Charles Edward Montague

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Charles Edward Montague, (1 January 1867 – 28 May 1928), was an English journalist, known also as a writer of novels and essays.

He was born and brought up in London, the son of an Irish Roman Catholic priest who had left the church to marry.[1] He was educated at the City of London School and Balliol College, Oxford.[1] At Oxford he gained a First in Classical Moderations (1887) and a Second in Literae Humaniores (1889).[2] In 1890 he was recruited by C. P. Scott to the Manchester Guardian, where he became a noted leader writer and critic; while Scott was an M.P. between 1895-1906 he was de facto editor of the paper.[1] He married Scott's daughter Madeline in 1898. While working at the paper, Montague became a supporter of Irish Home Rule.[1]

Montague was against the First World War prior to its commencement, but once it started he believed that it was right to support it in the hope of a swift resolution.[1] In 1914, Montague was 47, which was well over the age for enlistment. But in order to enlist, he dyed his white hair black to enable him to fool the Army into accepting him. H. W. Nevinson would later write that "Montague is the only man I know whose white hair in a single night turned dark through courage." He began as a grenadier-sergeant, and rose to lieutenant and then captain of intelligence in 1915. Later in the war, he became an armed escort for VIPs visiting the battlefield. He escorted such personalities as H.G. Wells and Bernard Shaw. After the end of World War I he wrote in a strong anti-war vein. He wrote that "War hath no fury like a non-combatant." Disenchantment (1922), a collection of newspaper articles about the war,[1] was one of the first prose works to strongly criticise the way the war was fought, and is a pivotal text in the development of literature about the First World War.[3][4] Disenchantment criticised the British Press' coverage of the war and the conduct of the British generals.[3] Montague accused the latter of being influenced by the "public school ethos" which he condemned as a "gallant robust contempt for "swats" and for all who invented new means to new ends and who trained and used their brains with a will".[3]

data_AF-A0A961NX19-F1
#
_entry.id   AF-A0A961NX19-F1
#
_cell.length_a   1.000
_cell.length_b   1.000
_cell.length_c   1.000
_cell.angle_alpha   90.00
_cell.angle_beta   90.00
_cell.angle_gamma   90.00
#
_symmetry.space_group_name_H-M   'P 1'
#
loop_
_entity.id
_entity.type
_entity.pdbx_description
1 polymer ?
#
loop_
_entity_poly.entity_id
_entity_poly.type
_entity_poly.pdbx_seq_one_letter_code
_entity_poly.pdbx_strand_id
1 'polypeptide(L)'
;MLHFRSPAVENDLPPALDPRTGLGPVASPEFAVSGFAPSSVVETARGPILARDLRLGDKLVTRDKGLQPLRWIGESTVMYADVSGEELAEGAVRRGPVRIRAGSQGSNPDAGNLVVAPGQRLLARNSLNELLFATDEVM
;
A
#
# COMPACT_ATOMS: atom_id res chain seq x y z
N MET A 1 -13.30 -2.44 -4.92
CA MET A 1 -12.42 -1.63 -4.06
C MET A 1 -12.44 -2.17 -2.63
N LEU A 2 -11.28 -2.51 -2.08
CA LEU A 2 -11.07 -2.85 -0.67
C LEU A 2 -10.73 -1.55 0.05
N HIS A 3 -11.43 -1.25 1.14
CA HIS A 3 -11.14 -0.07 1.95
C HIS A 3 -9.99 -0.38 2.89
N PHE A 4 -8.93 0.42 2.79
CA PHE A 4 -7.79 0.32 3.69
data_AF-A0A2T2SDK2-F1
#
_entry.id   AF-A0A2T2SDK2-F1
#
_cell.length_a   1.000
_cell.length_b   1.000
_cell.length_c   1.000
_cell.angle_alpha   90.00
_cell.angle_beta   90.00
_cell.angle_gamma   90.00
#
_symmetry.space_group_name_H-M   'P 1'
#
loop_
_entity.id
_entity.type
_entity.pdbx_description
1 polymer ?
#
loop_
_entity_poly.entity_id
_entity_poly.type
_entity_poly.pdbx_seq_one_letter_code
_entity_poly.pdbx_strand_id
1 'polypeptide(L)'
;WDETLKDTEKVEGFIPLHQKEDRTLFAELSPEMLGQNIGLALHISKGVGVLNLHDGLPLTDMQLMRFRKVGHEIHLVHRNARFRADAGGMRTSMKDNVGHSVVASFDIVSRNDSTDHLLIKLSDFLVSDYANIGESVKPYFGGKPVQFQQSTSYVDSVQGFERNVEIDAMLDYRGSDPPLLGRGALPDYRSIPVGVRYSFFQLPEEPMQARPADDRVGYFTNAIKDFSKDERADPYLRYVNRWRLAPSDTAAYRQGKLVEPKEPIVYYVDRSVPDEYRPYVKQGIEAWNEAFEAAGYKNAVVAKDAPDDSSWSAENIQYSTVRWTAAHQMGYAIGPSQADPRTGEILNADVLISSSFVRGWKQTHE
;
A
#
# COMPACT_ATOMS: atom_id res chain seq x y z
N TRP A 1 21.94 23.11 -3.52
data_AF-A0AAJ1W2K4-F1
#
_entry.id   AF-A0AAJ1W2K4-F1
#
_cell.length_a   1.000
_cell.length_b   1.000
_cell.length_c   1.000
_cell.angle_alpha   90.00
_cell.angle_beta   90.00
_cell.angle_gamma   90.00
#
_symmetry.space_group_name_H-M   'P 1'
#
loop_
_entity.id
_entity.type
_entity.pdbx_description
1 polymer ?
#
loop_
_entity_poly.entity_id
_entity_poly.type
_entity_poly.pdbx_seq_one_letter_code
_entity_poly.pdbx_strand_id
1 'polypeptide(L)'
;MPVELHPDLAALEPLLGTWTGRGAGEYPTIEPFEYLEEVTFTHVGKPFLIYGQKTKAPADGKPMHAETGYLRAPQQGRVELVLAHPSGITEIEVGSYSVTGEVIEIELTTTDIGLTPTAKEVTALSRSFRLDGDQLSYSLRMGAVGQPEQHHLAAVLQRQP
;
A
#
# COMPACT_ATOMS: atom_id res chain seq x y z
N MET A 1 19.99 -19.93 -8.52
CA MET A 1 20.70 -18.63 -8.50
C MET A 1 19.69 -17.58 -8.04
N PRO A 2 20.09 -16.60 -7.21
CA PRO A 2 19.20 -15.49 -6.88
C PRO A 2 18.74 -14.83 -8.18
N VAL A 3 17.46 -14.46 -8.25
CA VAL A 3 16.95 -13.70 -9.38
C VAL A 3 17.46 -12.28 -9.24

He returned to the Guardian, but felt that his role was diminishing as the years passed. He finally retired in 1925, and settled down to become a full-time writer in the last years of his life. He died in 1928 at the age of 61.

Montague was the father of Evelyn Aubrey Montague, the Olympic athlete and journalist depicted in the 1981 film Chariots of Fire.


  • A Hind Let Loose (1904) novel
  • Dramatic Values (1911) reviews
  • The Morning's War (1913) novel
  • Disenchantment (1922) essay [thoughts on the First World War]
  • Fiery Particles (1923) short stories
  • The Right Place (1924) travel writing
  • Rough Justice (1926) novel
  • Right off the Map (1927) science fiction
  • Action (1928) short stories
  • A Writer's Notes on His Trade (1930)
  • Two or Three witnesses short story